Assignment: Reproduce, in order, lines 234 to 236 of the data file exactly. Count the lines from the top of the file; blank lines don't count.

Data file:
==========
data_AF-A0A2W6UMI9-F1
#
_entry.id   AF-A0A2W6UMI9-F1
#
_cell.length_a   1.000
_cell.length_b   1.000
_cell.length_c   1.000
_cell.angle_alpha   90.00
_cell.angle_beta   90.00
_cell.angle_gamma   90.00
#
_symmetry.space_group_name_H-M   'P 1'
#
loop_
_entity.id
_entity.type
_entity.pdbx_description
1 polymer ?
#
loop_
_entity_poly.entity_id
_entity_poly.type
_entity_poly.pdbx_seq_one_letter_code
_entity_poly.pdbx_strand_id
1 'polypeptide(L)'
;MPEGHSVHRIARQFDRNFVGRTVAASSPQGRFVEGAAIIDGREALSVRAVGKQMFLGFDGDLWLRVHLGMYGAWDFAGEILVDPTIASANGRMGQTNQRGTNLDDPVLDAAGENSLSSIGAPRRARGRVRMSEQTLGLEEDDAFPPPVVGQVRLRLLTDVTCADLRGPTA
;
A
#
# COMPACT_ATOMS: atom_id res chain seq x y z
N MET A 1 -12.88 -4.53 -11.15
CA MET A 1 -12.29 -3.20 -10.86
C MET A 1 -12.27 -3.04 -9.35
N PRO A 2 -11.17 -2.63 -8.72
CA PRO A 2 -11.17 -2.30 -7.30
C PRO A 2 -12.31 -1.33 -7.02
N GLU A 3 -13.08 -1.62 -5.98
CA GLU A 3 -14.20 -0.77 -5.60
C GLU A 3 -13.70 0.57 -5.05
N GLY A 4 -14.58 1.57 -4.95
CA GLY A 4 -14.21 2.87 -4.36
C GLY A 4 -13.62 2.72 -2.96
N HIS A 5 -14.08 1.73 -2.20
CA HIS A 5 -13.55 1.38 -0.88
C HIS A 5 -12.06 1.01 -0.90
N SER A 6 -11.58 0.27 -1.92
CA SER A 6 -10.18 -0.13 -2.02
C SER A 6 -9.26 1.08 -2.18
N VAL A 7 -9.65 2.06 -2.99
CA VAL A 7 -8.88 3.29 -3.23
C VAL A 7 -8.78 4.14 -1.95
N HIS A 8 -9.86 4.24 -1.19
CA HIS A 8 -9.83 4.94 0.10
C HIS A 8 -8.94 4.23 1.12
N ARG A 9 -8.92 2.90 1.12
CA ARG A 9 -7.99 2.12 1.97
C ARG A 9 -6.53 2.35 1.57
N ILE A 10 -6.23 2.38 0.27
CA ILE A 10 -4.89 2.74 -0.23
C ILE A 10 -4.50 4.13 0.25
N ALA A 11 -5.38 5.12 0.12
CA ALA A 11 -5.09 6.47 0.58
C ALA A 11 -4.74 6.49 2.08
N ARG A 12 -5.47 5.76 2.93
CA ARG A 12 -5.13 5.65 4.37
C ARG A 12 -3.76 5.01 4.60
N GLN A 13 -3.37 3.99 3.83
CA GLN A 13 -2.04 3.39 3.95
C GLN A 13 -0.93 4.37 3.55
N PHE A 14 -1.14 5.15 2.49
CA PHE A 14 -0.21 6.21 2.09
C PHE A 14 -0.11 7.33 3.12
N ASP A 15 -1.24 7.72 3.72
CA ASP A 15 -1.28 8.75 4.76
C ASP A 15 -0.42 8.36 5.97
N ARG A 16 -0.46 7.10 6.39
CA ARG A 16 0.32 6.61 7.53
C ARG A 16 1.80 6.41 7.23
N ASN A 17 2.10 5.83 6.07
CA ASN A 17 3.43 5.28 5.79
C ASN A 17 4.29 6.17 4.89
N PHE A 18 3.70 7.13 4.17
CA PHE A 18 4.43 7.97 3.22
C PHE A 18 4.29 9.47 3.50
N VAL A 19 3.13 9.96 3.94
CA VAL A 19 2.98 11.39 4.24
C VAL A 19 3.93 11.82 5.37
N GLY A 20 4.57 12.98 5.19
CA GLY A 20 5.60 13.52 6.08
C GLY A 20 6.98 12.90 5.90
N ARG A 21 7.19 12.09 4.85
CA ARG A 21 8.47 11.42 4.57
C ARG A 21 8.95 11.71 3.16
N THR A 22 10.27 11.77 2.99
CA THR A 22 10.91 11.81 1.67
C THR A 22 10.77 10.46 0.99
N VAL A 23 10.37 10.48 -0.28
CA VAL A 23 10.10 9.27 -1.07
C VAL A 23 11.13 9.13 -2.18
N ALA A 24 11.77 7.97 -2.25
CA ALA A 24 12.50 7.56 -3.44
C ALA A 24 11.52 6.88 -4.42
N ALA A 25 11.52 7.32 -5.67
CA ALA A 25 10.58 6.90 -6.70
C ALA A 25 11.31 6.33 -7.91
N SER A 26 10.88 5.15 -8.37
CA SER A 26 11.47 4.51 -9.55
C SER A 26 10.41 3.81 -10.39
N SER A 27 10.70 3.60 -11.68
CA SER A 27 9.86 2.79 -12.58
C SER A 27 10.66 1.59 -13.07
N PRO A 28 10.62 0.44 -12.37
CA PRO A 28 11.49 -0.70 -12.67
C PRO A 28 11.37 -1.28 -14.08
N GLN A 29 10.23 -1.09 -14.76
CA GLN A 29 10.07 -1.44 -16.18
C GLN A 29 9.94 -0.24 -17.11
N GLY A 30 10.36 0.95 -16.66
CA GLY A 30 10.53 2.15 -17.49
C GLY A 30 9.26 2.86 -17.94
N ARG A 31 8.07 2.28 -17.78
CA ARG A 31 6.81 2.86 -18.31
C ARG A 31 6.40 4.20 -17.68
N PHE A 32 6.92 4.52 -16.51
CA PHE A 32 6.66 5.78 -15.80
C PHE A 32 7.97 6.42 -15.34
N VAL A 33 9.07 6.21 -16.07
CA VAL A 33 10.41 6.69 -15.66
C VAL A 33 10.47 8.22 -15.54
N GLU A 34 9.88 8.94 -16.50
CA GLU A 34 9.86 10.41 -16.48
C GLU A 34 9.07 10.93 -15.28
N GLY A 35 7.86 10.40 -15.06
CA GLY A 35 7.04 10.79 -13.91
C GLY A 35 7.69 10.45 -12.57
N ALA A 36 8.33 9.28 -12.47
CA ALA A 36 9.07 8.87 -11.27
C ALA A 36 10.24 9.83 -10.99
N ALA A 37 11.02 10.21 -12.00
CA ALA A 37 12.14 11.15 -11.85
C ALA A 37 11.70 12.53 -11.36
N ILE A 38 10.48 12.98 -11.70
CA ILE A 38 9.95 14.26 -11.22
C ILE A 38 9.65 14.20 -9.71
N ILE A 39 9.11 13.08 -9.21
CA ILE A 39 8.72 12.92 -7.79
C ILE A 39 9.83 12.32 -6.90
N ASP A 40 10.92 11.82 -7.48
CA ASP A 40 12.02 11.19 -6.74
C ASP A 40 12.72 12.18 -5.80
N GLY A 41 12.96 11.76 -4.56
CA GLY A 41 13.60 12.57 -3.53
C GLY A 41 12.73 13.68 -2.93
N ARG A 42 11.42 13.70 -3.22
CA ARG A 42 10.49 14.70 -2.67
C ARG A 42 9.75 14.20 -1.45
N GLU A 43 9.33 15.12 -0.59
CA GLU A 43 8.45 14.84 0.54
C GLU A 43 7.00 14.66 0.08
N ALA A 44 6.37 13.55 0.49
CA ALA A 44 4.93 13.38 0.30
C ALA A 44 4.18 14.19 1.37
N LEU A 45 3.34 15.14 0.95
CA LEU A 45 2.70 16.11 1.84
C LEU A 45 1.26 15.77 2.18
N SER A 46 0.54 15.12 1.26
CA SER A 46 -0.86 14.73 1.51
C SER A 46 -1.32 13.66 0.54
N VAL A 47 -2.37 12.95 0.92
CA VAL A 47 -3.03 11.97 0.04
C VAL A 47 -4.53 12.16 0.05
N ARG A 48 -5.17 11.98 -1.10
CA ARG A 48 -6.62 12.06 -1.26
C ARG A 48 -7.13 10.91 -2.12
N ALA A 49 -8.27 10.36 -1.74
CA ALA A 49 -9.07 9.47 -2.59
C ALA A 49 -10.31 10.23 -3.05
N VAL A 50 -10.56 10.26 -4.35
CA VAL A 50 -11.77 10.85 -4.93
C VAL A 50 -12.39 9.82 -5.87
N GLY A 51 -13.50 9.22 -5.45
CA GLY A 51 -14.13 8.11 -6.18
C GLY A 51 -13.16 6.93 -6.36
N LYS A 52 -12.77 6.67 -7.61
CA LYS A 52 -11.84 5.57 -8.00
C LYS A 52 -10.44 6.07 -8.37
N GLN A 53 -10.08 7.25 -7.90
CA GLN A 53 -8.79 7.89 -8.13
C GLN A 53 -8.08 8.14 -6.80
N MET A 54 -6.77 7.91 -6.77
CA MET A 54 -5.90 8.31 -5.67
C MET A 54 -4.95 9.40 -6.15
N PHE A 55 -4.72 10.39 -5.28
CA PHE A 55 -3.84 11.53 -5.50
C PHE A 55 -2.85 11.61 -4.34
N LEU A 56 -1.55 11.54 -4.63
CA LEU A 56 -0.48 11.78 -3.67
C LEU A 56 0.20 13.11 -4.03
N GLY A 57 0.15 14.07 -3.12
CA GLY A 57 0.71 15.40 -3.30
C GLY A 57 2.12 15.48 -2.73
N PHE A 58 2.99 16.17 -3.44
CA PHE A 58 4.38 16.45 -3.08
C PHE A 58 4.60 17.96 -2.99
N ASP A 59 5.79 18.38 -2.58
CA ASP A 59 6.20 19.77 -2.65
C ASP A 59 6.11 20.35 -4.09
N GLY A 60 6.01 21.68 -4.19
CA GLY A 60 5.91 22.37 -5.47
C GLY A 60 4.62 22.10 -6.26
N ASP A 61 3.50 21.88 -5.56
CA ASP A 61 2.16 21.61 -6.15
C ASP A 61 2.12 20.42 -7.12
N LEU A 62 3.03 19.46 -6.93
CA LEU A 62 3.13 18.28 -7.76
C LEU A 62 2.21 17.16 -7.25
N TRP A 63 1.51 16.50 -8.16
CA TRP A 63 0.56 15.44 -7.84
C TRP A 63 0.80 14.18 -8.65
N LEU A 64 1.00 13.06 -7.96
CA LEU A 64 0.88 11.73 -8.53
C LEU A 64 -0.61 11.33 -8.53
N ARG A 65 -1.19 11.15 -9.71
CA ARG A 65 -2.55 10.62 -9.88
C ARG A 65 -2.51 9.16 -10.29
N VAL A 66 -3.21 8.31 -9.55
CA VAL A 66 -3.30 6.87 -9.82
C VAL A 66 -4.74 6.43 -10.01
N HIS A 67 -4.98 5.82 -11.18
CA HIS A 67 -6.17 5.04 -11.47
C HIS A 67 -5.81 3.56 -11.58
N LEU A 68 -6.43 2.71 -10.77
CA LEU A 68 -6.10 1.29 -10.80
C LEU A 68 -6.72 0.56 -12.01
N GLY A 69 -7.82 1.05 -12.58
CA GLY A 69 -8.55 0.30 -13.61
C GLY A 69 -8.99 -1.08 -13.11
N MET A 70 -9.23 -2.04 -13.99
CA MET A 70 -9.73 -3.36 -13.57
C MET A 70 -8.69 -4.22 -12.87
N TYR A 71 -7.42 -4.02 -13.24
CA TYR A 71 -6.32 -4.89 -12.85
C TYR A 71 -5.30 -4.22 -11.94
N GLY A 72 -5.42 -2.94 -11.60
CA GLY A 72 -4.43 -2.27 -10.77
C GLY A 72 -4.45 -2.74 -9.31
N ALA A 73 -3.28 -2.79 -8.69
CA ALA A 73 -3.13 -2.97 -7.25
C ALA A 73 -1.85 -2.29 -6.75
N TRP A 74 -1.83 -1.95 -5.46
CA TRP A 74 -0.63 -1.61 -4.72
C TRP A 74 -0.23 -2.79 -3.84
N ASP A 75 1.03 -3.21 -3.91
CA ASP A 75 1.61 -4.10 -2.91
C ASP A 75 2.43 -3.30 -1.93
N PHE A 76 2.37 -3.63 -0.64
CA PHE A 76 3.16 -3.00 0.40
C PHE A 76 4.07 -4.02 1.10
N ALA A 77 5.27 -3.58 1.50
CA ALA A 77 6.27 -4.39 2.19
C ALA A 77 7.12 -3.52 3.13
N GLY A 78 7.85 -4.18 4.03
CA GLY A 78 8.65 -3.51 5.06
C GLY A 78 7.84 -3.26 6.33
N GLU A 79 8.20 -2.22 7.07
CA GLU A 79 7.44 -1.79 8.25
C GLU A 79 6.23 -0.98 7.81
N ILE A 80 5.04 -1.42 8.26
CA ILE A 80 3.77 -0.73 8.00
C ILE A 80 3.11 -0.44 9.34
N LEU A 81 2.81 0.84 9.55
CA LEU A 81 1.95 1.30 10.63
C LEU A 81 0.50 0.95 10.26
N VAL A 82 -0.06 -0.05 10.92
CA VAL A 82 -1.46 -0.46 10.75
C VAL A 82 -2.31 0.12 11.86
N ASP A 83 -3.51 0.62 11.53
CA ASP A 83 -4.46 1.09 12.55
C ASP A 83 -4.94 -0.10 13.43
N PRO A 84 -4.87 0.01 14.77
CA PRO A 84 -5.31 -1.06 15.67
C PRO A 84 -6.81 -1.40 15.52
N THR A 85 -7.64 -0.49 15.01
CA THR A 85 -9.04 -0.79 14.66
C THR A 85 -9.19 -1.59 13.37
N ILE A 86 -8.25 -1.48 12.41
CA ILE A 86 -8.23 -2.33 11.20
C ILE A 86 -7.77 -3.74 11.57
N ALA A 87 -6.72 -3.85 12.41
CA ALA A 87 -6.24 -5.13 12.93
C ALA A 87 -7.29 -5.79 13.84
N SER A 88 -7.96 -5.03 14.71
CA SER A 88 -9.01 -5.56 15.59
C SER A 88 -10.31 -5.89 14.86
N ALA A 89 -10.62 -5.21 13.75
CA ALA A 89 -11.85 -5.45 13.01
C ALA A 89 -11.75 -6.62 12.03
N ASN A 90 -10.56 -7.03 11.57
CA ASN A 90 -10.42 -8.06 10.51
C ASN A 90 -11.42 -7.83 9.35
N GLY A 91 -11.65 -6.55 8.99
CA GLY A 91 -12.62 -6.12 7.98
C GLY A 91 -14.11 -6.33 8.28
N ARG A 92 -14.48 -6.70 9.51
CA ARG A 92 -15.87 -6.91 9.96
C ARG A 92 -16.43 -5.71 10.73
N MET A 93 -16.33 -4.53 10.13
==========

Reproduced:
C LEU A 68 -6.72 0.56 -12.01
N GLY A 69 -7.82 1.05 -12.58
CA GLY A 69 -8.55 0.30 -13.61